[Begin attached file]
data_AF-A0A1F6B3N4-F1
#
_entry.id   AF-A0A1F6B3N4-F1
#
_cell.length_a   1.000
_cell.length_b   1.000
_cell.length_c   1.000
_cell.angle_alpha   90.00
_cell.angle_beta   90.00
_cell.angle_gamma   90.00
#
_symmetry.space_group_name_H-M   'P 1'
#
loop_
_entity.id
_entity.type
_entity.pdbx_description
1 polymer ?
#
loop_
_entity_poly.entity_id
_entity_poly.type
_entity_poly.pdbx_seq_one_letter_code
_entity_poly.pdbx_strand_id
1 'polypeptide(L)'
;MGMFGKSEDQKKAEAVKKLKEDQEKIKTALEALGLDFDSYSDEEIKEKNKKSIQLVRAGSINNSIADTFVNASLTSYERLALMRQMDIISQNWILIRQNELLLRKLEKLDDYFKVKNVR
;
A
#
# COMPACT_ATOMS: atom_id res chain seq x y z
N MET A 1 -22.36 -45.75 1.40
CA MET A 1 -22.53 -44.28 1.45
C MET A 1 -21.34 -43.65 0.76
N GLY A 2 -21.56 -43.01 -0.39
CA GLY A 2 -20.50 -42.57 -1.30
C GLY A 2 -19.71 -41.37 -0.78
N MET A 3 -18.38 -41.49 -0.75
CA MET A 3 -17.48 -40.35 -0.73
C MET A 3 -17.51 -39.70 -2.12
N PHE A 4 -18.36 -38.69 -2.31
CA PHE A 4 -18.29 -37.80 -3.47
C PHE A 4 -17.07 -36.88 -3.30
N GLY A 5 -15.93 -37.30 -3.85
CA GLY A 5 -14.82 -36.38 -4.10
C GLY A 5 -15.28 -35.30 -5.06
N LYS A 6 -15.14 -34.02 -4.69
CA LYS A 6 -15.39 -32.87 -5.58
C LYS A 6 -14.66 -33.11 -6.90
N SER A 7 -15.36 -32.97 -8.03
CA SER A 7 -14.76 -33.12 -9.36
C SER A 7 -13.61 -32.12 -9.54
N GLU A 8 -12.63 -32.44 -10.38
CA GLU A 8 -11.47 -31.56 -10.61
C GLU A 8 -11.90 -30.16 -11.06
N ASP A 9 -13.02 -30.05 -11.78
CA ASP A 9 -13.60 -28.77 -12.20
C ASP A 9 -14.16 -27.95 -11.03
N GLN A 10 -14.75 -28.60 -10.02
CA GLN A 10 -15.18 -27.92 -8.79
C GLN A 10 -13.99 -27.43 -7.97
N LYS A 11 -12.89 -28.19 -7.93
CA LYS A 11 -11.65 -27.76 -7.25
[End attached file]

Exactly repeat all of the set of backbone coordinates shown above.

data_AF-A0A1F6B3N4-F1
#
_entry.id   AF-A0A1F6B3N4-F1
#
_cell.length_a   1.000
_cell.length_b   1.000
_cell.length_c   1.000
_cell.angle_alpha   90.00
_cell.angle_beta   90.00
_cell.angle_gamma   90.00
#
_symmetry.space_group_name_H-M   'P 1'
#
loop_
_entity.id
_entity.type
_entity.pdbx_description
1 polymer ?
#
loop_
_entity_poly.entity_id
_entity_poly.type
_entity_poly.pdbx_seq_one_letter_code
_entity_poly.pdbx_strand_id
1 'polypeptide(L)'
;MGMFGKSEDQKKAEAVKKLKEDQEKIKTALEALGLDFDSYSDEEIKEKNKKSIQLVRAGSINNSIADTFVNASLTSYERLALMRQMDIISQNWILIRQNELLLRKLEKLDDYFKVKNVR
;
A
#
# COMPACT_ATOMS: atom_id res chain seq x y z
N MET A 1 -22.36 -45.75 1.40
CA MET A 1 -22.53 -44.28 1.45
C MET A 1 -21.34 -43.65 0.76
N GLY A 2 -21.56 -43.01 -0.39
CA GLY A 2 -20.50 -42.57 -1.30
C GLY A 2 -19.71 -41.37 -0.78
N MET A 3 -18.38 -41.49 -0.75
CA MET A 3 -17.48 -40.35 -0.73
C MET A 3 -17.51 -39.70 -2.12
N PHE A 4 -18.36 -38.69 -2.31
CA PHE A 4 -18.29 -37.80 -3.47
C PHE A 4 -17.07 -36.88 -3.30
N GLY A 5 -15.93 -37.30 -3.85
CA GLY A 5 -14.82 -36.38 -4.10
C GLY A 5 -15.28 -35.30 -5.06
N LYS A 6 -15.14 -34.02 -4.69
CA LYS A 6 -15.39 -32.87 -5.58
C LYS A 6 -14.66 -33.11 -6.90
N SER A 7 -15.36 -32.97 -8.03
CA SER A 7 -14.76 -33.12 -9.36
C SER A 7 -13.61 -32.12 -9.54
N GLU A 8 -12.63 -32.44 -10.38
CA GLU A 8 -11.47 -31.56 -10.61
C GLU A 8 -11.90 -30.16 -11.06
N ASP A 9 -13.02 -30.05 -11.78
CA ASP A 9 -13.60 -28.77 -12.20
C ASP A 9 -14.16 -27.95 -11.03
N GLN A 10 -14.75 -28.60 -10.02
CA GLN A 10 -15.18 -27.92 -8.79
C GLN A 10 -13.99 -27.43 -7.97
N LYS A 11 -12.89 -28.19 -7.93
CA LYS A 11 -11.65 -27.76 -7.25